In the past week, there have been notable developments in the various Ecuador cases: the international tribunal hearing Chevron’s arbitration claim issued a Second Interim Award directing the Republic of Ecuador and all of its branches—including the judiciary—to prevent the Lago Agrio judgment from being enforced, Chevron’s RICO claims were restarted, and Chevron’s appeal is advancing to Ecuador’s National Court of Justice. The appellate court in Lago Agrio also declined Chevron’s request to suspend the bond requirement and declined to abide by the tribunal’s First Interim Award instructing the Republic to take measures to prevent enforcement. And while these events have been widely covered, there are additional aspects to the overall Ecuador story worth noting:
- Impact of the Second Interim Award: While the Sucumbíos court has defied the First Interim Award issued by the international tribunal, it did not address the Second Interim Award issued on February 16. It remains to be seen what the Republic will do to comply with the tribunal’s Award, but the tribunal has put Ecuador on notice that if Chevron is ultimately successful in its arbitration, the Republic may ultimately be liable for any damages Chevron incurs.
- The President’s Control of Ecuador’s Judiciary: The world was given a vivid example of corruption in Ecuador courts last week when Ecuador’s National Court of Justice upheld President Correa’s $40 million award and confirmed a three-year prison sentence for three directors and a journalist from El Universo—for criticizing President Correa. “The handling of the case by the judiciary was,” in the words of the Washington Post, “alas, worthy of a banana republic. After four changes of judge, a ‘temporary’ magistrate took over the case, held one hearing, and—33 hours after his appointment—issued the 156-page ruling. A subsequent independent investigation determined that he did not write it, and that the author was probably Mr. Correa’s attorney.”
- Ghostwriting of the Lago Agrio Judgment: The case against Chevron is similarly fabricated and illegal under Ecuadorian law. The plaintiffs’ own documents reveal that they secretly wrote a report by a purportedly “independent” court expert upon which the judgment is based, and then ghostwrote the judgment itself, all the while admitting internally that the evidence did not support their allegations and that they could “all go to jail” if their wrongdoing was revealed. The plaintiffs’ lawyers have never provided an explanation as to how their internal work product found its way into the Lago Agrio judgment.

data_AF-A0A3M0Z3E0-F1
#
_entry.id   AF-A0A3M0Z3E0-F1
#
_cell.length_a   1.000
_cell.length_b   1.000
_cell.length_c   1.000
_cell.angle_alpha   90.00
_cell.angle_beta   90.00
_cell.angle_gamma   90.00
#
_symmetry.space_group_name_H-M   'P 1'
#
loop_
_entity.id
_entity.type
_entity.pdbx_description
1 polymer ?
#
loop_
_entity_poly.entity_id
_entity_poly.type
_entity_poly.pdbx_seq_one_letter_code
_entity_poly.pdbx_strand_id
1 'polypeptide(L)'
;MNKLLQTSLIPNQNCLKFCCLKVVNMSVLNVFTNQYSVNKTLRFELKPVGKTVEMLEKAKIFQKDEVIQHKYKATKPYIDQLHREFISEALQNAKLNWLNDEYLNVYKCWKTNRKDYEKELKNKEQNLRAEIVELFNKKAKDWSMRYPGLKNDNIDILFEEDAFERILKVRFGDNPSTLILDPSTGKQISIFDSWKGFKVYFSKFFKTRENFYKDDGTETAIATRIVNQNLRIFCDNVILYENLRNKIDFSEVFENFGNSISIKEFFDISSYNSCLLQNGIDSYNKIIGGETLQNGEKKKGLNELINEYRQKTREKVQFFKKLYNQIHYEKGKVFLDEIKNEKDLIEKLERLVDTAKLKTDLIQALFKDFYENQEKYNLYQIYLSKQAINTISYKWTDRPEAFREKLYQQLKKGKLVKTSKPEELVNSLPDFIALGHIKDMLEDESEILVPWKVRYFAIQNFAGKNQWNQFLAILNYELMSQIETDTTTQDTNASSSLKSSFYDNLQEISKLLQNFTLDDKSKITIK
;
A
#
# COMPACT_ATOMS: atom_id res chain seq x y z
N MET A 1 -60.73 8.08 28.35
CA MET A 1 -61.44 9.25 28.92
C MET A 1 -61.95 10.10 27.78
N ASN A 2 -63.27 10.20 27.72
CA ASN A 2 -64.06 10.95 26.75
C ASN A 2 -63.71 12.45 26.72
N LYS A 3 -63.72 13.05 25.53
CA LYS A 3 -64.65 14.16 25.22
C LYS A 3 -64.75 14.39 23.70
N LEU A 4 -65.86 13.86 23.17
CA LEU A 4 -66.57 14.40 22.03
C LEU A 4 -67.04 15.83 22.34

- Enforcement: The plaintiffs’ representatives have repeatedly stated that they intend to proceed with enforcement of their fraudulent judgment around the world. Yet, contrary to past assertions, the plaintiffs’ representatives are cooling to the idea of enforcement in the U.S. Perhaps that’s because seven federal courts that have found the plaintiffs’ representatives engaged in fraud during the Lago Agrio trial. That theory is reinforced in the plaintiffs’ lawyers’ Invictus strategy memo suggesting the most efficient approach is to focus on countries that don’t have the authority to consider doubts about “the integrity of the rendering court.” The memo also discusses a preference to keep any funds recovered “outside the reach of Ecuadorian law.”
- Collusion with the Government: While the plaintiffs’ lawyers don’t seem to trust Ecuador with their money, they’ve happily solicited the government’s interference with “Ecuador’s independent courts.” A 2007 e-mail between the plaintiffs’ spokeswoman in Ecuador and lead American lawyer Steven Donziger recaps a meeting the plaintiffs’ representatives held with President Correa, the Attorney General, and the Minister of the Environment. The report to Donziger relays that the President “asked the Attorney General to do everything necessary to win the trial” and stated that the President “would call the judge” presiding over the case. According to the e-mail, the President gave the plaintiffs “fabulous support.”
The plaintiffs’ lawyers’ documented fraud and the acknowledged interference of Ecuador’s government long ago compromised the integrity of the Lago Agrio trial. But these facts raise a new set of questions. If the plaintiffs’ lawyers had confidence in their judgment, why wouldn’t they seek to enforce it in the U.S.? Likewise, if there was merit to their case, why engage in fraud? Finally, does attempting to enforce a fraudulent judgment in a new jurisdiction constitute another fraud on a new court?
The answers appear self evident but it seems the plaintiffs’ representatives have evaded answering these questions so far. It would be interesting to know what they have to say.